The overall goal, Ashcraft said, is to get the income up to where the group can start purchasing the business – the facility and equipment.

Some entities included in membership remain part of the city, such as the swimming pool and the golf course. As such, McDermont now pays the city for each membership usage of those facilities.

Outside fitness consultants and trainers remain partnered with the facility, as in the past.

The management staff has been able to make some changes in the past few months, prior to actually taking over with the lease. Some layoffs were necessary and inevitable, Ashcraft said. But due to the those decisions, the facility is way better off during the first half of its fiscal year, then it has ever been before, he said.

“The pricing structure has changed somewhat– memberships have been changing and evolving, but mostly we have learned how to save money,” he said.

The three commend the entire McDermont staff for stepping up and going beyond their normal work parameters.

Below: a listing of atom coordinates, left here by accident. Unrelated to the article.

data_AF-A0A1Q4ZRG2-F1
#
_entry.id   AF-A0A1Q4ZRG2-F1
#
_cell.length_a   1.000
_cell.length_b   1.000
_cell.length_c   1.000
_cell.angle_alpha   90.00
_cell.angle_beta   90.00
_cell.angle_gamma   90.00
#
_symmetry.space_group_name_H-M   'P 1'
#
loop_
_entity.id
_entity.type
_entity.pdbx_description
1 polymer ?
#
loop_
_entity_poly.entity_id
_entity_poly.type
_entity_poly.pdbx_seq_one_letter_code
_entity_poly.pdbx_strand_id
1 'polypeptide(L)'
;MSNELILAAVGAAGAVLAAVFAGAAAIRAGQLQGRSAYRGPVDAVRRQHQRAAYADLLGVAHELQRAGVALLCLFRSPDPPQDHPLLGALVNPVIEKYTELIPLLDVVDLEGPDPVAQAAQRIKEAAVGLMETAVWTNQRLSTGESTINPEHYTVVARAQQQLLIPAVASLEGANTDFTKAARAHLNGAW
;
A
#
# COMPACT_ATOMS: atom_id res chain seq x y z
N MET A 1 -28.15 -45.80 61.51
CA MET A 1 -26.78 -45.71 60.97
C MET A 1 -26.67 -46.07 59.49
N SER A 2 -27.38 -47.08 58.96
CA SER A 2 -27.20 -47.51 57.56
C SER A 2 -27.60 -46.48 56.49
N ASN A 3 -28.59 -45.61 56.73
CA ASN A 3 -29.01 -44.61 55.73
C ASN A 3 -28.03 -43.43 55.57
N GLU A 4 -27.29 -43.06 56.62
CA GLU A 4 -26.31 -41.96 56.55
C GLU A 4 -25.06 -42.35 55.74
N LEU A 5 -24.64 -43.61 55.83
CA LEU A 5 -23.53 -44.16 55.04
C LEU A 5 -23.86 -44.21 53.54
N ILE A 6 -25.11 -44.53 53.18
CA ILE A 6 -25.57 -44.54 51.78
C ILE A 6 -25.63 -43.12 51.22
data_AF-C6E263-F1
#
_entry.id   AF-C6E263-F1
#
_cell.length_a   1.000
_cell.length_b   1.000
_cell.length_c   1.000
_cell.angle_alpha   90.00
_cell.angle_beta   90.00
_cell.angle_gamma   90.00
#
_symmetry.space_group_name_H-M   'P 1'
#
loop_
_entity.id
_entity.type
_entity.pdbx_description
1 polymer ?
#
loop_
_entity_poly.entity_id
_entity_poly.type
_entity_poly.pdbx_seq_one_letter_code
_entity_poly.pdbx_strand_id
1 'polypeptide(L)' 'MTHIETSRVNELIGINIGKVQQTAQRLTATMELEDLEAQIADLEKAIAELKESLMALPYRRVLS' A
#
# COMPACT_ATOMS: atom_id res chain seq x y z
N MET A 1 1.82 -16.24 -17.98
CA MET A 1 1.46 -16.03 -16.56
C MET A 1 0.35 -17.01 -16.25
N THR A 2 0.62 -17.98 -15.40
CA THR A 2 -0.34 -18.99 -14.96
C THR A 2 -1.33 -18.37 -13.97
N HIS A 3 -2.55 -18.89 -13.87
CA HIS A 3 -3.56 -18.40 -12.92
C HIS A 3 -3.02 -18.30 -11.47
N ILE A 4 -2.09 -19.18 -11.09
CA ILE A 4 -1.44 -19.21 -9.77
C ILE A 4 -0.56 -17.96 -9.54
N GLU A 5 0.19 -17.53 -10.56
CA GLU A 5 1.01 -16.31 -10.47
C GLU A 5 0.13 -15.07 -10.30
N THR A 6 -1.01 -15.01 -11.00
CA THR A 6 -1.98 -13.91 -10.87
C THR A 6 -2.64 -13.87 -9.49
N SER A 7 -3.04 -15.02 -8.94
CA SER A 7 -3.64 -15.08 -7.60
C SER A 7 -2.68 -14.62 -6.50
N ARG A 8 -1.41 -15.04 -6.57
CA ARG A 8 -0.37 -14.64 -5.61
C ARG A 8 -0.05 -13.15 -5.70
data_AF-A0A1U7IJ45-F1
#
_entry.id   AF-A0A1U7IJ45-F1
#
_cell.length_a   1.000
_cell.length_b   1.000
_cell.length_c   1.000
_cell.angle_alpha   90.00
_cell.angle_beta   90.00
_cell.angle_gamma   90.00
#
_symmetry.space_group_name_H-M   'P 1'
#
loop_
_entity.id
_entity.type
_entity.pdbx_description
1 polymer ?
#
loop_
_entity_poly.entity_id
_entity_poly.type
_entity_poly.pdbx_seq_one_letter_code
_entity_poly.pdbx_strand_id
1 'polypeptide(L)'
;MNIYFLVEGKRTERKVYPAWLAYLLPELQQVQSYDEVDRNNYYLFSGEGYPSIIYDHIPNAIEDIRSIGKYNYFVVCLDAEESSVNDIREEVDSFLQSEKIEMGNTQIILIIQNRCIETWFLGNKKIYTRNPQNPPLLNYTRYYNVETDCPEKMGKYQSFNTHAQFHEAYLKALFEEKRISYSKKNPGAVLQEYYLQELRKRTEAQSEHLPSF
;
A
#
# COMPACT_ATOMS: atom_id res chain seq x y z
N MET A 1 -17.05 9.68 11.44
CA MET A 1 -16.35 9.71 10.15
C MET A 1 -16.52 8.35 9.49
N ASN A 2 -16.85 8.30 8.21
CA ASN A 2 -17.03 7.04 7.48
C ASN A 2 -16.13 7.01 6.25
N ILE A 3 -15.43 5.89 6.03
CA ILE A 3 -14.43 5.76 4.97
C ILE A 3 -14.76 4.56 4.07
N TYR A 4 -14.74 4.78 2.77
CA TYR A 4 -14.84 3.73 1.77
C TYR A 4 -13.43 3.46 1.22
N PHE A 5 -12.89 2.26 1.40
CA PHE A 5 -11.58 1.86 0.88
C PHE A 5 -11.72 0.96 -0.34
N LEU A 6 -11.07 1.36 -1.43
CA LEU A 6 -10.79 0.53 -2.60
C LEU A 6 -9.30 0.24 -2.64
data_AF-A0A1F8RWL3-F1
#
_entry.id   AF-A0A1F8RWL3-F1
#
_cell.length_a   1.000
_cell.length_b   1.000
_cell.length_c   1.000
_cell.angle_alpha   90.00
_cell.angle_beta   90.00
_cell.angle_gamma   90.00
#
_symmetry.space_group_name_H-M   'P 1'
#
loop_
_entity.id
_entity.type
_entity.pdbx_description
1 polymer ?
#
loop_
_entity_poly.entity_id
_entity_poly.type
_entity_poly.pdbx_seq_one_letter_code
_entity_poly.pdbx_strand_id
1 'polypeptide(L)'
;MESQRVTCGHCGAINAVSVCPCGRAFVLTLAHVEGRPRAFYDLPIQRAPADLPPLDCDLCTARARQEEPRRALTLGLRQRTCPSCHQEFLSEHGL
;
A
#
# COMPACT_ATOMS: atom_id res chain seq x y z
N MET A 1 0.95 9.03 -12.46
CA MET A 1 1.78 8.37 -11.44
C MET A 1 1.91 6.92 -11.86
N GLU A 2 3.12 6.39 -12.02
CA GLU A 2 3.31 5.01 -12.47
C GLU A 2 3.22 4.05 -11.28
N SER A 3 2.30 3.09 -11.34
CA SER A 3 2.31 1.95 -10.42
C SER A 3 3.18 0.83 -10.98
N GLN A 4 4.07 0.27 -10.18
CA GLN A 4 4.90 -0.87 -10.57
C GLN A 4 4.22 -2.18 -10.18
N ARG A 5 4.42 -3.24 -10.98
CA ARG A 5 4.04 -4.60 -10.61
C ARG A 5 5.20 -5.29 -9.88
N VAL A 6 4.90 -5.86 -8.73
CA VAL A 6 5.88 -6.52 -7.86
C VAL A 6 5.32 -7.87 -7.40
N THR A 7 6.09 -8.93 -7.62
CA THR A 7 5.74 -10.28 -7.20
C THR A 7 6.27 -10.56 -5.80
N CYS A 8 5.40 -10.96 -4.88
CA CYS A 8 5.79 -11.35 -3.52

They also say there is no way they could be in the position they are in without the aid of their families.

For the city, while it may or may not receive rent, it no longer is out any finances in support of McDermont.

It still receives tax benefits because the facility is still bringing in people from outside the area and helping booster other local businesses as well.

Rental of areas within McDermont are still available, for sporting events, parties, concerts and more. Another benefit of independent management is that decisions can be made much more quickly. Before, the city had to sign off for many events, usage and pricing. Now it is up to McDermont Venture. There is now a lot more flexibility.

And, the goal is to fill the place up – every day, Ashcraft said – school field trips, corporate team-building, birthday parties, chamber events, and, of course, everyday membership.

“McDermont is awesome, but it can be better. There are lots of places where we can add things and revitalize things. There’s a bowling alley that we haven’t used in a long time, and the light-space floor. We have our interactive Squeeze, a talking orange, that we hope to get active again.

“I’m really hoping we get our zip line back. That was a huge attraction, but it’s going to require some alterations. Now, OSHA inspects it, so it’s going to take a little bit of time, but we’re really hoping to get that back and operating.”